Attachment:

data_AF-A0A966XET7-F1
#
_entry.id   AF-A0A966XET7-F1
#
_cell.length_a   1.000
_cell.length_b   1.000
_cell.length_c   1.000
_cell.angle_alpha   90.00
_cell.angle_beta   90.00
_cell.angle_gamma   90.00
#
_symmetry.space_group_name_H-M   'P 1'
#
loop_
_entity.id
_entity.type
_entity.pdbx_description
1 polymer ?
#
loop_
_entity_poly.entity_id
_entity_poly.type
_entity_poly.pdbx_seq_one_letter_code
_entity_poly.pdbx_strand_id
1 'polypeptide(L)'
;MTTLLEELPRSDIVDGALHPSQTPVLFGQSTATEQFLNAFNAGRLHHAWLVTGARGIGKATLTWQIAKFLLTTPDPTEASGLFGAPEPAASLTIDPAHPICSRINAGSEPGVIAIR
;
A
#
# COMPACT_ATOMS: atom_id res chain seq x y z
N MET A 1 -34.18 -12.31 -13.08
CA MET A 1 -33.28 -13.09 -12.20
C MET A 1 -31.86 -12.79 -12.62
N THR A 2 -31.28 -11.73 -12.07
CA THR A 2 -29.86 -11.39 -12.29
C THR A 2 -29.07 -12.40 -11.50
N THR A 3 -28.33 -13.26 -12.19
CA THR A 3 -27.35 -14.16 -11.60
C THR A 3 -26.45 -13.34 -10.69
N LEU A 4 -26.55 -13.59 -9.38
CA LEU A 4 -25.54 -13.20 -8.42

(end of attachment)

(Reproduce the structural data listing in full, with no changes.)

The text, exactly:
data_AF-A0A966XET7-F1
#
_entry.id   AF-A0A966XET7-F1
#
_cell.length_a   1.000
_cell.length_b   1.000
_cell.length_c   1.000
_cell.angle_alpha   90.00
_cell.angle_beta   90.00
_cell.angle_gamma   90.00
#
_symmetry.space_group_name_H-M   'P 1'
#
loop_
_entity.id
_entity.type
_entity.pdbx_description
1 polymer ?
#
loop_
_entity_poly.entity_id
_entity_poly.type
_entity_poly.pdbx_seq_one_letter_code
_entity_poly.pdbx_strand_id
1 'polypeptide(L)'
;MTTLLEELPRSDIVDGALHPSQTPVLFGQSTATEQFLNAFNAGRLHHAWLVTGARGIGKATLTWQIAKFLLTTPDPTEASGLFGAPEPAASLTIDPAHPICSRINAGSEPGVIAIR
;
A
#
# COMPACT_ATOMS: atom_id res chain seq x y z
N MET A 1 -34.18 -12.31 -13.08
CA MET A 1 -33.28 -13.09 -12.20
C MET A 1 -31.86 -12.79 -12.62
N THR A 2 -31.28 -11.73 -12.07
CA THR A 2 -29.86 -11.39 -12.29
C THR A 2 -29.07 -12.40 -11.50
N THR A 3 -28.33 -13.26 -12.19
CA THR A 3 -27.35 -14.16 -11.60
C THR A 3 -26.45 -13.34 -10.69
N LEU A 4 -26.55 -13.59 -9.38
CA LEU A 4 -25.54 -13.20 -8.42